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Myofascial Palpation


By David J. Razo, MAOM, NCTMB

Palpatory examination of the myofascial network is necessary in treating musculoskeletal and pain disorders. Bodyworkers from various backgrounds have embraced palpatory assessment as their only tool in deciphering and reading - like braille - the texture of soft tissue and the tension patterns of myofascial dysfunction. I am excited to see a growing number of acupuncturists integrating myofascial palpation into their acupuncture practices. I am hopeful that as Oriental medicine gains momentum and respect in national health care, educational institutions will extend training in palpatory diagnostics of the soft tissues to students.

Myofascial dysfunction may manifest in the body and create pain because of emotional scars suppressed from childhood; poor habitual patterns, both postural and from movement; postsurgical scarring (much of which looks more like mutilation); or a car accident that may have thrashed the soft tissues. The "fascial web connects and communicates throughout the body; thickened areas transmit strain in many directions and make their influence felt at distant points, much as a snag in a sweater distorts the entire sweater."1

A palpatory examination of the myofascial structures may reveal valuable information that may be correlated in other findings, giving the practitioner a broader understanding of the influences of the patient's condition and the ability to form a possible treatment approach - or, at the very least, enable the practitioner to refer to a specialist. A palpatory examination includes but is not limited to:

1. Thermal palpation. Alon Marcus states that thermal diagnosis should be conducted several centimeters above the skin,2 which is thought to reflect the body's vitality or, in Oriental medicine, some aspects of defensive qi;

2. Palpation of the myofascial network;

3. "Palpation of joint structures";3 and

4. "Assessment of passive segmental mobility."3

Layer palpation within the myofascial network is a systematic method that should progress layer-by-layer, assessing mobility, myofascial restrictions, the texture of soft tissues, and tension patterns.

Additionally, "The superficial palpatory examination includes tissue temperature and moisture and light touch to determine the extensibility and integrity of the superficial connective tissues."3 A common error in palpating the superficial fascia is applying firm pressure. It has been my experience that each layer must secure a myofascial release before examining the next layer for appropriate palpatory reading.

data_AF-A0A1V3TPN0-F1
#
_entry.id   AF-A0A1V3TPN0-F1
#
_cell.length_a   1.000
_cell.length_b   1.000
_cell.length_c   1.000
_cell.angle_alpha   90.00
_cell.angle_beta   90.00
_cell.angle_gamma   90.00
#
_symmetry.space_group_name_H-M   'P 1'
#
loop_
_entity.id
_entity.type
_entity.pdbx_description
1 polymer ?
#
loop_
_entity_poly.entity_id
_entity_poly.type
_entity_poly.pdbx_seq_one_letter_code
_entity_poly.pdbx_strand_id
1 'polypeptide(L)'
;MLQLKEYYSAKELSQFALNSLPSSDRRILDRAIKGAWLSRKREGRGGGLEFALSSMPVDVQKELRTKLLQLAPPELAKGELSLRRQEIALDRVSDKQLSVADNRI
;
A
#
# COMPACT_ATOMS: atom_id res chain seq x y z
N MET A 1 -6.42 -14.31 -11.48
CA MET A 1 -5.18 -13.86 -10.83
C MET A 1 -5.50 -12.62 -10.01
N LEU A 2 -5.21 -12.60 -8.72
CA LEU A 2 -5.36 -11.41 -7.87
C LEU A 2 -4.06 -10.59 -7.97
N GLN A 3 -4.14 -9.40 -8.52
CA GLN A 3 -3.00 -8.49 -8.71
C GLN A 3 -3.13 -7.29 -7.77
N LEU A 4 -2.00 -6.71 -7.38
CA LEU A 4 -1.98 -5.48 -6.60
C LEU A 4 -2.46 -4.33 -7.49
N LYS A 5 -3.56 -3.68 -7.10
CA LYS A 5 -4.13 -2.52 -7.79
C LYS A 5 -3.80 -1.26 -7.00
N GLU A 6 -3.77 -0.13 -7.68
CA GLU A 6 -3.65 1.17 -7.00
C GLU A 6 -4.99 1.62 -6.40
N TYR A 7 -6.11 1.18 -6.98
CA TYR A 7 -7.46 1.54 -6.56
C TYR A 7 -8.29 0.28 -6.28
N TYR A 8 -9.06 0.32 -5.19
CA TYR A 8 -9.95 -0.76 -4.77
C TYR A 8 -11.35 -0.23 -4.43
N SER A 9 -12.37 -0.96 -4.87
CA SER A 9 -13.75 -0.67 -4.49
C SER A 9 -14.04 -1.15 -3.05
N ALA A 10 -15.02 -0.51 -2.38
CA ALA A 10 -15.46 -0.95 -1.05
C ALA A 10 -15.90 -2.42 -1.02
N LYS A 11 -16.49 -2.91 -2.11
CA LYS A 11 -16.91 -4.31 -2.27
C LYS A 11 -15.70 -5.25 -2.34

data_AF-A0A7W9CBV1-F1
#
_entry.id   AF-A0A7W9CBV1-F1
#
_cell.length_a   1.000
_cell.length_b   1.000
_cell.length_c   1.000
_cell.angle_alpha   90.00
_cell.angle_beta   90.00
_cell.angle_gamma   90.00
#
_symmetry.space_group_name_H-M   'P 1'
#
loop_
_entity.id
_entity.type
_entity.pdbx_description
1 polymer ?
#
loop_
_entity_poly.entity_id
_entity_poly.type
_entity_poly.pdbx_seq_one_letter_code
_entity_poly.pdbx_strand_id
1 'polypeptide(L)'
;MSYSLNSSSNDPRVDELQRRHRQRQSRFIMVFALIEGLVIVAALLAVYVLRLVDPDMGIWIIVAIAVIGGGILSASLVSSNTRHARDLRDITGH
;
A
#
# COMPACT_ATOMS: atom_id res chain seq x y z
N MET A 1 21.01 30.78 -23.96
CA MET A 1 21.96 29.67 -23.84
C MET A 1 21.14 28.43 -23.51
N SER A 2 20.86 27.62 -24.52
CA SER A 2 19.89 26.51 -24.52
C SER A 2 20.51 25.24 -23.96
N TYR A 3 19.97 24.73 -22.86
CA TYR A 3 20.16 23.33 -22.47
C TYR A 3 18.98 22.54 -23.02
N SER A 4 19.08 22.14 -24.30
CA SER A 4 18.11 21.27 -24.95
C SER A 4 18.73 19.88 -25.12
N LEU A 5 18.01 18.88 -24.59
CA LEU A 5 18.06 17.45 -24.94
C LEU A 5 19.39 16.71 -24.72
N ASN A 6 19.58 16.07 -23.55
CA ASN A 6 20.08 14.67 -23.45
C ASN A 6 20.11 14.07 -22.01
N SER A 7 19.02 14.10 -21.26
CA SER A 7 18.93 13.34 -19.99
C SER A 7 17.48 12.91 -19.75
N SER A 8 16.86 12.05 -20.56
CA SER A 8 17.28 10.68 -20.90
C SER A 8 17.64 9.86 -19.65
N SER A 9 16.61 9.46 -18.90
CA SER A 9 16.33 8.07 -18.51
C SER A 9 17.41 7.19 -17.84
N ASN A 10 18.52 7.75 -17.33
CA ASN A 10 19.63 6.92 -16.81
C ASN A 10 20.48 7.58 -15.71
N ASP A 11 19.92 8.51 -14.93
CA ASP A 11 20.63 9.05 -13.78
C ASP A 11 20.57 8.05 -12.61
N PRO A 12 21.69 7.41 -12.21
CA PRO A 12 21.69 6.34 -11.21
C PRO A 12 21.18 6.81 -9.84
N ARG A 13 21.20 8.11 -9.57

Cantu and Grodin also state, "The deep palpatory examination includes compression, which is palpation through layers of tissue perpendicular to the tissue, and shear. Shear is movement of the tissues between layers, moving perpendicular to the tissue. The structures palpable are muscle sheaths, muscle bellies, tendons, myotendinous junctions, tenoperiostial junctions, joint capsules, and the deep periosteal layers of tissue."3

Palpation of the myofascial network is not an assessment technique limited to orthopedic and physical medicine acupuncture specialists. When the body is not in harmony because it has been compromised emotionally or because of a weakened immune system, the myofascial system adapts by displaying tension patterns to protect itself. This work adds another dimension to how we view the body, and not just in a mechanical sense.

References

1. Rolf IP. Rolfing: Re-establishing the Natural Alignment and Structural Integration of the Human Body for Vitality and Well-Being. Healing Arts Press, 1989.

2. Marcus A. Foundations for Integrative Musculoskeletal Medicine: An East-West Approach. North Atlantic Books, 2004.

3. Cantu RI, Grodin AJ. Myofascial Manipulation, Theory and Clinical Application, 2nd ed. Aspen Publishers, Inc., 2001.

David J. Razo, MAOM, NCTMB, graduated from the Acupuncture and Oriental Medicine program at the Southern California University of Health Sciences in April 2005. He was previously the author of Acupuncture Today's "Student Scene" column. He can be reached by e-mail at ozar14@yahoo.com.

If you would like to comment on Mr. Razo's article, please contact Acupuncture Today by fax (714-899-4273) or e-mail (Editorial@AcupunctureToday.com). You are also encouraged to discuss Mr. Razo's article on his "Talk Back" forum at www.AcupunctureToday.com/columnists/razo.

 



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Date Last Modified - Wednesday, 17-Dec-2008 12:42:39 PDT